The Arctic Prairies By Ernest Thompson Seton


















































































































































 - 

But one canoe could not carry all these provisions, so most of it
I shipped on the Hudson's Bay Company - Page 4
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But One Canoe Could Not Carry All These Provisions, So Most Of It I Shipped On The Hudson's Bay Company Scows, Taking With Us, In The Canoe, Food For Not More Than A Week, Which With Camp Outfit Was Just Enough For Ballast.

Of course I was in close touch with the Hudson's Bay people.

Although nominally that great trading company parted with its autocratic power and exclusive franchise in 1870, it is still the sovereign of the north. And here let me correct an error that is sometimes found even in respectable print - the Company has at all times been ready to assist scientists to the utmost of its very ample power. Although jealous of its trading rights, every one is free to enter the territory without taking count of the Company, but there has not yet been a successful scientific expedition into the region without its active co-operation.

The Hudson's Bay Company has always been the guardian angel of the north.

I suppose that there never yet was another purely commercial concern that so fully realized the moral obligations of its great power, or that has so uniformly done its best for the people it ruled.

At all times it has stood for peace, and one hears over and over again that such and such tribes were deadly enemies, but the Company insisted on their smoking the peace pipe. The Sioux and Ojibway, Black-Foot and Assiniboine., Dog-Rib and Copper-Knife, Beaver and Chipewyan, all offer historic illustrations in point, and many others could be found for the list.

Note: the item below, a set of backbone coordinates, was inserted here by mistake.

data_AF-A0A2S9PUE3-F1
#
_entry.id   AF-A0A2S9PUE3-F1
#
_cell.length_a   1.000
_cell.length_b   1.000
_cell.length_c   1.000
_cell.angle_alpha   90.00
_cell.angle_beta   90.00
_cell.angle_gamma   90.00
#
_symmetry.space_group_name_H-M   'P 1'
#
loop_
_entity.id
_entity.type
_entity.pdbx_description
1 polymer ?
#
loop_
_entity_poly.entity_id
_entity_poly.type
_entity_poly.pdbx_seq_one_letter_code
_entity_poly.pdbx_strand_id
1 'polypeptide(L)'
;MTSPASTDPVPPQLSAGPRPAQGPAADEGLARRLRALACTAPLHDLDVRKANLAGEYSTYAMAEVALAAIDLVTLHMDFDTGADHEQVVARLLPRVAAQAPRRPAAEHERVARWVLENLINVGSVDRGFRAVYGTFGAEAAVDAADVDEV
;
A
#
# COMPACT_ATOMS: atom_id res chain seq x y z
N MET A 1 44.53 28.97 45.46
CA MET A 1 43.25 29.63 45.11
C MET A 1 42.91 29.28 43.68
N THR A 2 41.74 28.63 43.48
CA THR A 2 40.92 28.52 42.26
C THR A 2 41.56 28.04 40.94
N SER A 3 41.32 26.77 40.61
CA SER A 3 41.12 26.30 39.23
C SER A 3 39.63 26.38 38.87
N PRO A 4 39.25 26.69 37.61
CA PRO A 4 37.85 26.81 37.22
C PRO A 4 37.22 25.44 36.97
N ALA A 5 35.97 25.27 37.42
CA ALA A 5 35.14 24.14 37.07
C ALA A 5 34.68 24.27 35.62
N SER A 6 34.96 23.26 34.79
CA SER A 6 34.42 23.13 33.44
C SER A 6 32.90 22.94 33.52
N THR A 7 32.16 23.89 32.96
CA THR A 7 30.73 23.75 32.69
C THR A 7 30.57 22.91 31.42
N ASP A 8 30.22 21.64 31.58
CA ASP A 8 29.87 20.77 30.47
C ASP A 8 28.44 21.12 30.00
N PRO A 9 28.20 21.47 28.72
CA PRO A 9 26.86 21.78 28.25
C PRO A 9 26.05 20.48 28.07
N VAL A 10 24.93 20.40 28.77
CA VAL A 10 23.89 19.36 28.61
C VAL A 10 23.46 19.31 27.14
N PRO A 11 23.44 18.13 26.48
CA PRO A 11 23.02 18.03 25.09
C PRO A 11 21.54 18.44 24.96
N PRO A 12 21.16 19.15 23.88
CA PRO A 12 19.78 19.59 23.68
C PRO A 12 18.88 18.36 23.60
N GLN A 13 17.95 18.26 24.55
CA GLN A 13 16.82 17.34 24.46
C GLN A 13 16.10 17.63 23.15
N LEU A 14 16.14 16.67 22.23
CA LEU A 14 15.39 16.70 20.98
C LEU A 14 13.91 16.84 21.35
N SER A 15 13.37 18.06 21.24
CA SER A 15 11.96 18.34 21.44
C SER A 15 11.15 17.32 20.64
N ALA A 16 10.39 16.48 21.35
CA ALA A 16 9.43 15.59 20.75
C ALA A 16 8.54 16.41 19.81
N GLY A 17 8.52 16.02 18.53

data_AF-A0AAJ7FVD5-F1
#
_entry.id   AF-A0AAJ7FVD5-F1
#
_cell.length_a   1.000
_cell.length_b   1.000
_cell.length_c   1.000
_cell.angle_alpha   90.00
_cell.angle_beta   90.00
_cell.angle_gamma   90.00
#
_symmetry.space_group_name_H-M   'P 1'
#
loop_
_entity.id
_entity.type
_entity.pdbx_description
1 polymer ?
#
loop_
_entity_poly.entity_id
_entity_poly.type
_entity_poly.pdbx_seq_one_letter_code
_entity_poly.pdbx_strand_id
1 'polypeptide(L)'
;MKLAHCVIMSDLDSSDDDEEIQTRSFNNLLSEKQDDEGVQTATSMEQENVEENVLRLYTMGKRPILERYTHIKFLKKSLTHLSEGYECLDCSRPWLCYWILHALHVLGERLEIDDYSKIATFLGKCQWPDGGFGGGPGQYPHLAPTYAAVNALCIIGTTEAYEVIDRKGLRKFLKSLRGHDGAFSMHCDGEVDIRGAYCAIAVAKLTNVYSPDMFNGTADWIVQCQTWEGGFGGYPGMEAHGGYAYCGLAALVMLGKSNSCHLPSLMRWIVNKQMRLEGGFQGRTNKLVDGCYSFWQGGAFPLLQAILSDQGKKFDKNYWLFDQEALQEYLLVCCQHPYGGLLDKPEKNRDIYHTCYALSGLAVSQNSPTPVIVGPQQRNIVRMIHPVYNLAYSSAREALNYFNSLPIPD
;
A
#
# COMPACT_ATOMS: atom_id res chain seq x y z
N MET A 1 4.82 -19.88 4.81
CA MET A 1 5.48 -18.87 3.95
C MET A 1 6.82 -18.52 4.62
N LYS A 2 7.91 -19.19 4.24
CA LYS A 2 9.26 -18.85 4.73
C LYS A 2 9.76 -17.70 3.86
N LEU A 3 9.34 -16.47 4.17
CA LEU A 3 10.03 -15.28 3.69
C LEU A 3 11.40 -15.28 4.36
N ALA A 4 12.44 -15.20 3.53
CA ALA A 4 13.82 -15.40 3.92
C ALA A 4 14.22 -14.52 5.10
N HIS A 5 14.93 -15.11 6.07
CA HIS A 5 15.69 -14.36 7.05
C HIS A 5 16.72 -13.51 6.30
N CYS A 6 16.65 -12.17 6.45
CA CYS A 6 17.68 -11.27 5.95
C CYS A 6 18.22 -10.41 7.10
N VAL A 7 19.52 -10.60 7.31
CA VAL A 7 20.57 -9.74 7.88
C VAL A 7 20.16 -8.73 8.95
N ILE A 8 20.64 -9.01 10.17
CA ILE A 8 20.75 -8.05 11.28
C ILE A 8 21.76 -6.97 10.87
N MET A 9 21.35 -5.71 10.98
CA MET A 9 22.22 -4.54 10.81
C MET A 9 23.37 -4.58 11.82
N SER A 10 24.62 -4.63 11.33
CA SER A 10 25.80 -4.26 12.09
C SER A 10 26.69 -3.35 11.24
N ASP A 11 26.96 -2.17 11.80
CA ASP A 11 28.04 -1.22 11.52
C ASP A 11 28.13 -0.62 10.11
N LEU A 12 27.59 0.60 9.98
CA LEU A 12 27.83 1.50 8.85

The name Peace River itself is the monument of a successful effort on the part of the Company to bring about a better understanding between the Crees and the Beavers.

Besides human foes, the Company has saved the Indian from famine and plague. Many a hunger-stricken tribe owes its continued existence to the fatherly care of the Company, not simply general and indiscriminate, but minute and personal, carried into the details of their lives. For instance, when bots so pestered the Caribou of one region as to render their hides useless to the natives, the Company brought in hides from a district where they still were good.

The Chipewyans were each spring the victims of snow-blindness until the Company brought and succeeded in popularizing their present ugly but effectual and universal peaked hats. When their train-dogs were running down in physique, the Company brought in a strain of pure Huskies or Eskimo. When the Albany River Indians were starving and unable to hunt, the Company gave the order for 5,000 lodge poles. Then, not knowing how else to turn them to account, commissioned the Indians to work them into a picket garden-fence. At all times the native found a father in the Company, and it was the worst thing that ever happened the region when the irresponsible free-traders with their demoralizing methods were allowed to enter and traffic where or how they pleased.

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